Rosanna + Matthew | Marian-Inspired Wedding

He was from Texas and she was from California, preparing to attend the 2011 World Youth Day in Madrid. The first few times Rosanna and Matt talked over Catholic Match and Skype--starting on Divine Mercy Sunday--Rosanna noticed how full of life Matt seemed, filled with joy for the Catholic faith. Yet she'd been praying for guidance about her vocation. They continued having dates over Skype and in person, and in Spain that summer, Rosanna experienced peace that God was calling her to marriage--quite possibly with Matt.

Shortly after Rosanna returned home, Matt asked her to be his girlfriend at a church in San Diego, feet away from statues of Our Lady. Over the next two years, they dated according to a traditional courtship approach they felt called to and flew out to visit each other as often as they could. But monthly flights started feeling old. After a Tridentine Mass, in a candlelit chapel devoted to Our Lady of Perpetual Help, Matt read Rosanna a poem he'd written and got down on one knee.

From the Bride: We got married on the Feast of Our Lady of Good Counsel at my home parish in Southern California, which is run by Norbertine monks. We had picked the date somewhat haphazardly. We smiled, though, when we realized that not only was it a Marian feast day, but a feast deeply loved by my great-grandmother, Dolores, a third-order Carmelite who loved Our Lady of Good Counsel so much that she named one of her daughters "Buen Consejo." I also realized the Marian image in my room growing up was one of this particular devotion to Our Lady. And lastly, I am a marriage and family counselor by profession; what better honor and title of the Blessed Mother to celebrate our marriage? When we went to Rome for our honeymoon, we attended Pope Francis's weekly audience and were blown away to find the topic he addressed was none other than the gift of "good counsel."

Matt and I decided to have a our nuptial Mass as a hybrid of an English and Latin novus ordo Mass. We chose to have a few parts, such as the Creed, sung, as we both love sung liturgy. The Norbertines utilize many traditional “smells and bells” in their Masses, and we were so happy to include those traditions in our liturgy.

Receiving the Lord together in the Holy Eucharist, kneeling side by side, for the very first time as husband and wife was even more exciting than the nuptial vows that we exchanged. Two traditions we incorporated were the Spanish lasso from my Filipino roots and a Croatian tradition where the bride and groom hold a crucifix while saying their vows. After the wedding, by a statue of Our Lady of La Vang, Matt and I shared our first kiss on the lips. It was something we'd felt called to abstain from during our courtship, and was a delightful, fun milestone moment.

The reception venue was the clubhouse at UCI, where my grandfather was a doctor and professor, and where my parents met. We wanted the theme of our wedding to be "Culture of Life." Our cake was inscribed with life abundantly, and John 10:10, with the full verse, "I came that they might have life, and have it more abundantly," on a chalkboard poster behind it. We also designed our own monogram, an R and an M entwined with a cross, in the style of monograms that frequently adorn Marian altars. We peppered the banquet tables, laid so beautifully with coral and pink flowers by our florist, with frames featuring pictures of saints and some of their most inspiring quotes. As Matt and me come from a few different ethnic backgrounds, we chose saints from Italy, Japan, and the Philippines to reflect our heritage. In these simple centerpieces, we wanted to reflect the universality of the church, full of all kinds of people but with one powerful, singular focus: the call to holiness and the worship of Jesus, the Bread of Life. To celebrate our first kiss, we also had a sign inspired by the Song of Songs: "Kiss me, my love, that your name be on my lips. You intoxicate my being with the fragrance of your presence."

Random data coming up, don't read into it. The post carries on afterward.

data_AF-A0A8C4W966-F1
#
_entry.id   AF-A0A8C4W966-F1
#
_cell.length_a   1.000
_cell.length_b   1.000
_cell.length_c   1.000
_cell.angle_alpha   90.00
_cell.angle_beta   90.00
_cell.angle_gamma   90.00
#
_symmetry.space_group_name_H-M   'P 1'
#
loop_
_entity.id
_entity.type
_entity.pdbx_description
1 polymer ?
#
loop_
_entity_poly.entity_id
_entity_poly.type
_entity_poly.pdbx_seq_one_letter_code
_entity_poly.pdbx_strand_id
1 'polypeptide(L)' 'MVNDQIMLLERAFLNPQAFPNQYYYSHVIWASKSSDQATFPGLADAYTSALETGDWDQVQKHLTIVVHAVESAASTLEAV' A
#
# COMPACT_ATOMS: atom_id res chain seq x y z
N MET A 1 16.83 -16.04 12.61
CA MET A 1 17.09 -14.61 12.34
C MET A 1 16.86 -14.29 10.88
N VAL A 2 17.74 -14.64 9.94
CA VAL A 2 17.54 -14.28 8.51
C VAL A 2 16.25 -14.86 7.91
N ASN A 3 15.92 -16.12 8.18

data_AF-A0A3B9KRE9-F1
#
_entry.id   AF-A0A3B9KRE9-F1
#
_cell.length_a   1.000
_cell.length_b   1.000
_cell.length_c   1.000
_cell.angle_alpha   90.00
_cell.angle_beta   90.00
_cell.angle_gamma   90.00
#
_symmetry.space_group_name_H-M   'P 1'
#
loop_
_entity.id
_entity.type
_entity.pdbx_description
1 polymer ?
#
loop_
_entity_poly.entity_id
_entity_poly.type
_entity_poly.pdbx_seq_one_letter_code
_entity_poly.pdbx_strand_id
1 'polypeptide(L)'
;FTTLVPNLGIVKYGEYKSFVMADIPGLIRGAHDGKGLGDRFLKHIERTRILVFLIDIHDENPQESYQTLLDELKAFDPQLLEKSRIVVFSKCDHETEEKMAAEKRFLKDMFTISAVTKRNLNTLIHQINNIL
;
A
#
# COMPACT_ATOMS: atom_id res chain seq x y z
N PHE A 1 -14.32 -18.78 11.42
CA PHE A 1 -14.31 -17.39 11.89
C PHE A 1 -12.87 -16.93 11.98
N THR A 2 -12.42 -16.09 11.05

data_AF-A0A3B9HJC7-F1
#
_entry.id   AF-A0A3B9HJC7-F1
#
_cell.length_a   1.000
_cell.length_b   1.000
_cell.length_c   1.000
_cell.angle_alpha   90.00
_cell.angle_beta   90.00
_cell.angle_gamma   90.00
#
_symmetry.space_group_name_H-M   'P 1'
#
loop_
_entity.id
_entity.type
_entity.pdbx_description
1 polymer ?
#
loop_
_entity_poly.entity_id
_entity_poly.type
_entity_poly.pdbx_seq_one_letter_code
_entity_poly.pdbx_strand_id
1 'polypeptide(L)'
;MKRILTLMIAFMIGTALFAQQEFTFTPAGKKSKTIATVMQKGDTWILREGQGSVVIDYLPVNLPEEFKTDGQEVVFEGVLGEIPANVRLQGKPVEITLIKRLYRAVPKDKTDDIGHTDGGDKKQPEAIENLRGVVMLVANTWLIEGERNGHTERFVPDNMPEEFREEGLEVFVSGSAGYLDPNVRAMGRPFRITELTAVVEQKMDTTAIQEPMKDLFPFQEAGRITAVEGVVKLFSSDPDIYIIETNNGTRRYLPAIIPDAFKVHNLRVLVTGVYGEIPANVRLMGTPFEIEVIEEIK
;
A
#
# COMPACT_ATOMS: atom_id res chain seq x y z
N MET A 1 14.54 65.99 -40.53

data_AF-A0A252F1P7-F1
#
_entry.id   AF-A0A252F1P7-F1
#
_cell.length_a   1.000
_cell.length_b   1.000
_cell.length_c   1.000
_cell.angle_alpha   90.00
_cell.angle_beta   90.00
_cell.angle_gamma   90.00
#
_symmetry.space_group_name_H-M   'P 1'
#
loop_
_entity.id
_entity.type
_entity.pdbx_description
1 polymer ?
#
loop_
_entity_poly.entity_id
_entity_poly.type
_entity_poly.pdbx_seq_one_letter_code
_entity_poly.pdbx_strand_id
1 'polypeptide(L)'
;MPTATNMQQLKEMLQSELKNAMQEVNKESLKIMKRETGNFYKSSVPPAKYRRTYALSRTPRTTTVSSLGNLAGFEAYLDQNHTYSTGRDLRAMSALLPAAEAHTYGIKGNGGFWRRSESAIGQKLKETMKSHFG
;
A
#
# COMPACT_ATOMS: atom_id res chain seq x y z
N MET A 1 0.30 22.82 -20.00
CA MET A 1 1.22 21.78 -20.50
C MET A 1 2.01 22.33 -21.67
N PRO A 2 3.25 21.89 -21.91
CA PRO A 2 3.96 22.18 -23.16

Matt washed my feet during the reception in order to symbolize how Christ, the groom, humbled himself and washed the feet of his disciples: his body, the Church. I remember choosing the song "The Spirit and the Bride" by Matt Maher, days before the wedding, to be played during the washing. When I discovered the song, I broke down in tears, realizing the goodness of the Lord, and his love for me in all of my brokenness. To think that I would be marrying Matt in just a few days, my broken self and all, that God had brought so much healing into my life through Matt, and that he would continue to heal and grow both of us through our marriage, just humbled me to my knees.

I think those few minutes that Matt washed my feet etched a deep meaning into both of our hearts that day. We were saying, in a symbolic way, that we were both laying down our lives for one another; that there was no turning back, that we were "one flesh" in the eyes of God now. It's something I still flash back to when we hit rough spots. Our marriage crucifix, the one Matt and I held as we took our vows, hangs above our bed. Every day, we are reminded of the great sacrament we partake in, and the heights of holiness to which we are called.

Photography: FS Photo Studio  | Church: St. John the Baptist Roman Catholic Church, Costa Mesa, CAWedding Reception Venue : University Club at University of California, Irvine | Flowers: Blooming Branch | Cake: KH Bakery  | Hair & Make-Up: Make Me Up  | DJ: Ultimate Events